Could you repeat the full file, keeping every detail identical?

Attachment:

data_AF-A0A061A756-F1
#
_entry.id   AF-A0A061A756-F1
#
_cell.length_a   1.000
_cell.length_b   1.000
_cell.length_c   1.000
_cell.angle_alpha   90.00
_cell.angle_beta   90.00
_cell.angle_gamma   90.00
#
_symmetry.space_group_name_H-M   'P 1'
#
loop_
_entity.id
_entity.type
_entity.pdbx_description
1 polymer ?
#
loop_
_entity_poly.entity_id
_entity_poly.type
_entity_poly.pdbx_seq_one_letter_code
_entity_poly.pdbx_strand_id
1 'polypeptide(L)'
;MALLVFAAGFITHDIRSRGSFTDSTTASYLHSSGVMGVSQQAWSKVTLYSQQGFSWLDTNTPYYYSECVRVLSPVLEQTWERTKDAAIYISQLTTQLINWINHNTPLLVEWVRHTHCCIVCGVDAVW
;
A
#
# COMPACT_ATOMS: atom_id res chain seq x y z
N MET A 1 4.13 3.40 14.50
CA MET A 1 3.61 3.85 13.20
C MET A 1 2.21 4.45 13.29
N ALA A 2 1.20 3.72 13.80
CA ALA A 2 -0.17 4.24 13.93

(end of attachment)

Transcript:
data_AF-A0A061A756-F1
#
_entry.id   AF-A0A061A756-F1
#
_cell.length_a   1.000
_cell.length_b   1.000
_cell.length_c   1.000
_cell.angle_alpha   90.00
_cell.angle_beta   90.00
_cell.angle_gamma   90.00
#
_symmetry.space_group_name_H-M   'P 1'
#
loop_
_entity.id
_entity.type
_entity.pdbx_description
1 polymer ?
#
loop_
_entity_poly.entity_id
_entity_poly.type
_entity_poly.pdbx_seq_one_letter_code
_entity_poly.pdbx_strand_id
1 'polypeptide(L)'
;MALLVFAAGFITHDIRSRGSFTDSTTASYLHSSGVMGVSQQAWSKVTLYSQQGFSWLDTNTPYYYSECVRVLSPVLEQTWERTKDAAIYISQLTTQLINWINHNTPLLVEWVRHTHCCIVCGVDAVW
;
A
#
# COMPACT_ATOMS: atom_id res chain seq x y z
N MET A 1 4.13 3.40 14.50
CA MET A 1 3.61 3.85 13.20
C MET A 1 2.21 4.45 13.29
N ALA A 2 1.20 3.72 13.80
CA ALA A 2 -0.17 4.24 13.93